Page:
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Google wants even third-party Android apps to be able to do searches using "Ok, Google" voice commands, so it's now making it easier for developers to integrate the feature. Now, all devs have to do is add a few lines of code to their AndroidManifest.xml -- they can even copy and paste those lines straight from the company's post in the Android Developers Blog. After that, users can issue vocal commands to make a query (for instance: "Ok Google, search for hotels in Maldives on TripAdvisor") from within the app. They can even do that from any screen on their phones, so long as they activate hot-word detection. Cool, right? Unfortunately, this feature also has limitations: it will only work for folks with phones running Jelly Bean and above, and only for those in English-speaking locales.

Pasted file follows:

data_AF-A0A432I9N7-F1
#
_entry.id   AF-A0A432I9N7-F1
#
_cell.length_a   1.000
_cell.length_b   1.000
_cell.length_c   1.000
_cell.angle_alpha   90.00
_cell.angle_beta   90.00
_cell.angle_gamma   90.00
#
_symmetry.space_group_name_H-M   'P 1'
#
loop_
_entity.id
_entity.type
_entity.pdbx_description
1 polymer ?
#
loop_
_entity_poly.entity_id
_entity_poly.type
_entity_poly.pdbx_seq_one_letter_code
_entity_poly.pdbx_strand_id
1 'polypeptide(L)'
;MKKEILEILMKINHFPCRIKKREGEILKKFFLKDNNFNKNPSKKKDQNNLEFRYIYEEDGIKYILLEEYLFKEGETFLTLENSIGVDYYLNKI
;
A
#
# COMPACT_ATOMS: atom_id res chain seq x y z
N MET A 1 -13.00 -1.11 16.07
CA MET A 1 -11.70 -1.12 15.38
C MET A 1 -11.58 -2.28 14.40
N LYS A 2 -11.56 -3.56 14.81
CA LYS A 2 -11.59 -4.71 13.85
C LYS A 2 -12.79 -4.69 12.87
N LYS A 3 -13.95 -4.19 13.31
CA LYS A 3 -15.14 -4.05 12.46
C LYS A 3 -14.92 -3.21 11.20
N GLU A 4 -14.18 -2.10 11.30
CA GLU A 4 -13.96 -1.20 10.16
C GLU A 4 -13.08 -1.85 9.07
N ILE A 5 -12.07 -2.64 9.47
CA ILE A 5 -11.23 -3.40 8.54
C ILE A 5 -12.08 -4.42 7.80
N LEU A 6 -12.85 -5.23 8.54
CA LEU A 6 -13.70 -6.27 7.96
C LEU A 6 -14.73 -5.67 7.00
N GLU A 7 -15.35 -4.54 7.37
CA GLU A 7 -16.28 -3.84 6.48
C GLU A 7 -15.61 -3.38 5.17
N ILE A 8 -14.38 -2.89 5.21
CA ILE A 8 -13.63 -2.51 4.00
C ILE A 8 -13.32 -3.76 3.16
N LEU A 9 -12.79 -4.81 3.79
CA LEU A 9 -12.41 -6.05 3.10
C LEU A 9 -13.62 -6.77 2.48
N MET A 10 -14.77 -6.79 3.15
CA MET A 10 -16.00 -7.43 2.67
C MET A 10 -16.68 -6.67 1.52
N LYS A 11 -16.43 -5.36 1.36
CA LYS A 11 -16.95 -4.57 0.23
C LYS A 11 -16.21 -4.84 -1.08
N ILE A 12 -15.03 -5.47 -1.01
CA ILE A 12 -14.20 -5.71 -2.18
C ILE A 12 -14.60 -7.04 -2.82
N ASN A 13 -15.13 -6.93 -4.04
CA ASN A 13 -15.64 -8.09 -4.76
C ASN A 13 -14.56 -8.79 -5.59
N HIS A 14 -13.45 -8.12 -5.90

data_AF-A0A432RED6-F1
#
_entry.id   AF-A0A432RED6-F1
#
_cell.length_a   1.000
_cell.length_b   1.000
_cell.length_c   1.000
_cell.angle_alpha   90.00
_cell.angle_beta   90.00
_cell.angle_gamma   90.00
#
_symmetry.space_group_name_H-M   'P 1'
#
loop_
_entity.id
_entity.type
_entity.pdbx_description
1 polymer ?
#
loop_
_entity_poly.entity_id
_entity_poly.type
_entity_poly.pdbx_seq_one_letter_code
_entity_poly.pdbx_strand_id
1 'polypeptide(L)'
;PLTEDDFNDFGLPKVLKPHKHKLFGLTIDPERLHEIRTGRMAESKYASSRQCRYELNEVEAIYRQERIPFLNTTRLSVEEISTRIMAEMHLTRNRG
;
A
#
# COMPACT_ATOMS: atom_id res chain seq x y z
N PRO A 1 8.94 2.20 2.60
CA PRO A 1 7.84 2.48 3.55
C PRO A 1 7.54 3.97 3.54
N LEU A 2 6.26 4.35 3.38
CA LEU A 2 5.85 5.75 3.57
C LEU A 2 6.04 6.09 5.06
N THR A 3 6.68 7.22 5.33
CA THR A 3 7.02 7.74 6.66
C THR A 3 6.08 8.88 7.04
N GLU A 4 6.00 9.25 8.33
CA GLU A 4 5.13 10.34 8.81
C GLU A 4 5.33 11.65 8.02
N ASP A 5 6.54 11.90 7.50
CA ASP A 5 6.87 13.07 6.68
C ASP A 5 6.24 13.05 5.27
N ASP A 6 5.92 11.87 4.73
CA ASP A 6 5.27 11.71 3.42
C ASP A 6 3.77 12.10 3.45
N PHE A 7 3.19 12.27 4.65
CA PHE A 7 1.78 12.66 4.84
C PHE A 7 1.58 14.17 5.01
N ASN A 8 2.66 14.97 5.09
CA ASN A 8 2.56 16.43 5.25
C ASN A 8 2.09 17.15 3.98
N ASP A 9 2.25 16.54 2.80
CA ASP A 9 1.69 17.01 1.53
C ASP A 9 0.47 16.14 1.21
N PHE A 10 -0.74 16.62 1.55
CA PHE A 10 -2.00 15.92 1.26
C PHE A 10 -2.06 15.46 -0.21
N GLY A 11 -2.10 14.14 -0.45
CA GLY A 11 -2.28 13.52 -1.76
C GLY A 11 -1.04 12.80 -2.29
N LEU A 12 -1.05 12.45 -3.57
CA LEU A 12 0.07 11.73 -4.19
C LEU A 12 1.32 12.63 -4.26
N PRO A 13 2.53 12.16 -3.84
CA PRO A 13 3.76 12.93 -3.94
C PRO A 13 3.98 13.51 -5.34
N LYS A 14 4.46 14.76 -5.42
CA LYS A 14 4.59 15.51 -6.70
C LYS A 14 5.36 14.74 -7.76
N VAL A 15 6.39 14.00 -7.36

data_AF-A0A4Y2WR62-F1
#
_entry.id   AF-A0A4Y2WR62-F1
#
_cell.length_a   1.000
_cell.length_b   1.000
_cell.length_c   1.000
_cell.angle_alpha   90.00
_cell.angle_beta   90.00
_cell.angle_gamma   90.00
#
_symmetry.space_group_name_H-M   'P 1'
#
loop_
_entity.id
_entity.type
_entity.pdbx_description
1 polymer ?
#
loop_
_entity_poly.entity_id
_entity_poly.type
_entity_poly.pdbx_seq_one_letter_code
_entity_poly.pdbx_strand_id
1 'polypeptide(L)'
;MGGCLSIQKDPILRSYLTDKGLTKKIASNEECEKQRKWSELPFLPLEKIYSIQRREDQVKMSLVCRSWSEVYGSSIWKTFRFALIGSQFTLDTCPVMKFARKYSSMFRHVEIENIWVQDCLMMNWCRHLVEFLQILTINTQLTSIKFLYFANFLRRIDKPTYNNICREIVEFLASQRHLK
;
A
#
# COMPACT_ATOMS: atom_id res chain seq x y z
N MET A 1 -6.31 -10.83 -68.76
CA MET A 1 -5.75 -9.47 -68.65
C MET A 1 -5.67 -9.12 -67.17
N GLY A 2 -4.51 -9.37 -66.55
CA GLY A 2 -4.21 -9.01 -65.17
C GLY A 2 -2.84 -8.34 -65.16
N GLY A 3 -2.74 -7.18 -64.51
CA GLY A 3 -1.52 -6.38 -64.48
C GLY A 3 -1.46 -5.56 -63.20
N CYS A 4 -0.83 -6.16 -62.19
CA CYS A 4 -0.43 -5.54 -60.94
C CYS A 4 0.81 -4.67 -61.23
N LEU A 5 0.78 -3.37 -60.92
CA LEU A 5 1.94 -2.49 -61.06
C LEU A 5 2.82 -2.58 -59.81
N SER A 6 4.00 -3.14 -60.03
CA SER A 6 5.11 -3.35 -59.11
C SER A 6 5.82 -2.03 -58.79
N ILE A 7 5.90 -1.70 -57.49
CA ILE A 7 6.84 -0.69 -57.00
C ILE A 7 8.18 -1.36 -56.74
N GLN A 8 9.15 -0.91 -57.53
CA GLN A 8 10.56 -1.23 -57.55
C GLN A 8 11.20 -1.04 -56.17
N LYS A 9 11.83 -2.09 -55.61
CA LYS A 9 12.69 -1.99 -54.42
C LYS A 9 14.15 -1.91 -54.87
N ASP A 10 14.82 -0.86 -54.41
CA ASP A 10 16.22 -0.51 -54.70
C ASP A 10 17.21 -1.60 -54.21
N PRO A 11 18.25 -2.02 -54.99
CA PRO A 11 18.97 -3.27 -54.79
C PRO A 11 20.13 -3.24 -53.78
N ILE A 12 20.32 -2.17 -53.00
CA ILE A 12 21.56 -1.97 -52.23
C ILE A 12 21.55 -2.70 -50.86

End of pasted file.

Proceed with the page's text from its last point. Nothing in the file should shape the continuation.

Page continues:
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Xiaomi, the smartphone of choice in China, just had a really good few months selling phones. According to Strategy Analytics, it reckon the new phone maker is now the third largest smartphone maker in the world, trailing only Samsung and Apple. Its shipments have tripled in the space of a year, now up to 18 million in Q3 2014, while its share of the smartphone has also more than doubled, shifting from 2.1 to 5.6 percent. Those sales also make it the 5th largest phone manufacturer (including cheaper feature phones). While Samsung (24.7 percent) and Apple (12.3 percent) still dominate, LG's recent good run, selling a record number of phones, has also moved it to fourth. Barring making it big in India, we're looking to see what Xiaomi's going to do next.